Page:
By gathering this information, you can make informed decisions about the camp’s suitability for your child and ensure that adequate safety measures are in place.

Prepare Your Child

Open and ongoing communication with your child about their safety is crucial. Start conversations early and reinforce key principles regularly. Discuss topics such as setting boundaries, recognizing unsafe situations, and speaking up when something doesn’t feel right. Emphasize the importance of trusting their instincts and communicating any concerns with you, no matter how small they may seem.

Provide your child with specific examples of boundaries and potential scenarios they may encounter, such as inappropriate touching or horseplay during sports activities. Let them know that their body belongs to them, and they have the right to assert their boundaries in any situation. By empowering your child with knowledge and confidence, you equip them to navigate challenging situations effectively.

Address Disclosure of Abuse

Despite proactive measures, it’s essential to be prepared in case your child discloses abuse. If your child confides in you about experiencing abuse, it’s crucial to respond with compassion, support, and sensitivity. Here are steps you can take if your child tells you they were abused:

  • Remain calm and prioritize your child’s needs and emotions over your own reactions.
  • If you are unable to stay calm, acknowledge your emotional response and reassure your child that they are not at fault.
  • Look for signs that the child may be reliving the trauma and provide support by encouraging deep breathing and grounding techniques.
  • Reassure your child that they will not get in trouble for speaking up and follow through on this promise by providing a safe and supportive environment for disclosure.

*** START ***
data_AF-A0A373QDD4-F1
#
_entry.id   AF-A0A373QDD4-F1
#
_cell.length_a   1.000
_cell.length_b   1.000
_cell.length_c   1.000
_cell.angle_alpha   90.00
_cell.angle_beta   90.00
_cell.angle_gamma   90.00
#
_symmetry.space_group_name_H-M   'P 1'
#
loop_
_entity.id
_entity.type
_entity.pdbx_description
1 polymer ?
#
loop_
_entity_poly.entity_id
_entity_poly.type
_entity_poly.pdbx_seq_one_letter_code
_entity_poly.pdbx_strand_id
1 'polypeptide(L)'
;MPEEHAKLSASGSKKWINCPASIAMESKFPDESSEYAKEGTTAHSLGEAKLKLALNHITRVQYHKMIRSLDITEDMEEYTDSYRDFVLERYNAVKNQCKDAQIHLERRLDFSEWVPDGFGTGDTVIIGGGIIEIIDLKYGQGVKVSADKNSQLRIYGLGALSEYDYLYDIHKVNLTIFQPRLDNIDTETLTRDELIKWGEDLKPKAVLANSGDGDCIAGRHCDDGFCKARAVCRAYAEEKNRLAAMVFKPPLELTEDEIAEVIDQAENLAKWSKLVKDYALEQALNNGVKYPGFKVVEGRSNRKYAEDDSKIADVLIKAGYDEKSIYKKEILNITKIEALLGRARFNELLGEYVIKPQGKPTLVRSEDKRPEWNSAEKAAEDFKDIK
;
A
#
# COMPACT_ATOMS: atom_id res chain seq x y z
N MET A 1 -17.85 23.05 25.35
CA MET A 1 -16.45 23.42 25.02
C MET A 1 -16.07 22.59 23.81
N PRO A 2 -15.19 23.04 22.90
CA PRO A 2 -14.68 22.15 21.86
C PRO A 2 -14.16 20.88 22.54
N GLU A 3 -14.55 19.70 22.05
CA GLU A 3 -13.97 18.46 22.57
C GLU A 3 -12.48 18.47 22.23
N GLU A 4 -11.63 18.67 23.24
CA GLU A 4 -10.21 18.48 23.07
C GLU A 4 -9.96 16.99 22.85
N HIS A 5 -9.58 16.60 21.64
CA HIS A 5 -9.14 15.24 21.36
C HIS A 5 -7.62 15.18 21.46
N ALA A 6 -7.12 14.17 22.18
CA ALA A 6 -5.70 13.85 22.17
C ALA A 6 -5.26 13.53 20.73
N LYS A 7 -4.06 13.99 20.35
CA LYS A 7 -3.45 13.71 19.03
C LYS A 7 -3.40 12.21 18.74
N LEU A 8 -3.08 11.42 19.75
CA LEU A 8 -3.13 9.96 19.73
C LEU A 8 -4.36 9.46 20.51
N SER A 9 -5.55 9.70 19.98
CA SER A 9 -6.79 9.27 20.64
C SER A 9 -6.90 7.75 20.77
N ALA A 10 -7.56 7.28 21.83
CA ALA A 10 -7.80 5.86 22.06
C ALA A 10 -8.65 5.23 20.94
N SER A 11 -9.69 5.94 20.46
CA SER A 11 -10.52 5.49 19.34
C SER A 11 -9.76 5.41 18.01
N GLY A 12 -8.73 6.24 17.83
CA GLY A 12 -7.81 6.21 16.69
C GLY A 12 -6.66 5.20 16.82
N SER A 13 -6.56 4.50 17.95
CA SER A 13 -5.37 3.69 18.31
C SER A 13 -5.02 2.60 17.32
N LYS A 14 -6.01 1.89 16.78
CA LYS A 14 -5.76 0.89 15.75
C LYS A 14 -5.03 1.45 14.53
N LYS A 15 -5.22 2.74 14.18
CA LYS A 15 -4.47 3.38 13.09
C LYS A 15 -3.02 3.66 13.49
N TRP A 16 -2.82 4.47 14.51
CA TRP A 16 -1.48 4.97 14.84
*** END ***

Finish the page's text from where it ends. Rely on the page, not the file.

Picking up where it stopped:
How can I determine if my child’s situation warrants intervention from camp staff?

Pay attention to significant changes in your child’s behavior, mood and well-being. If your child’s negative experience at summer camp produces significant impacts on their emotional and psychological well-being, it may warrant intervention.

Is there a way to help my child rebuild their confidence if they had a negative experience at summer camp?

If your child had a negative experience at summer camp that impacted their confidence, encourage them to focus on their strengths and successes. Help them identify positive aspects of their camp experience such as new friendships, skills learned, challenges conquered, … Encourage them to set achievable goals and celebrate their progress along the way. Provide ongoing support, encouragement, and praise to boost their self-esteem.

What should I do if my child expresses reluctance to attend summer camp again after a negative experience?

In the case that your child expresses reluctance to attend summer camp again after a negative experience, listen to their concerns. Acknowledge their apprehension and reassure them that their well-being is the top priority. Explore alternative options (finding a different camp, participating in other activities, etc) that match your child’s interests. Remember to give your child time and space to process their feelings.

What resources are available to help children cope with negative experiences at summer camp?

Many summer camps offer resources and support services to help children having negative experiences. Examples include trained counselors, peer support groups and wellness activities. Additionally, there are online resources, books, and support networks available for parents and children dealing with homesickness, social difficulties and other challenges at summer camp. In times of need, reach out to professionals for guidance and assistance in accessing appropriate resources to support your child.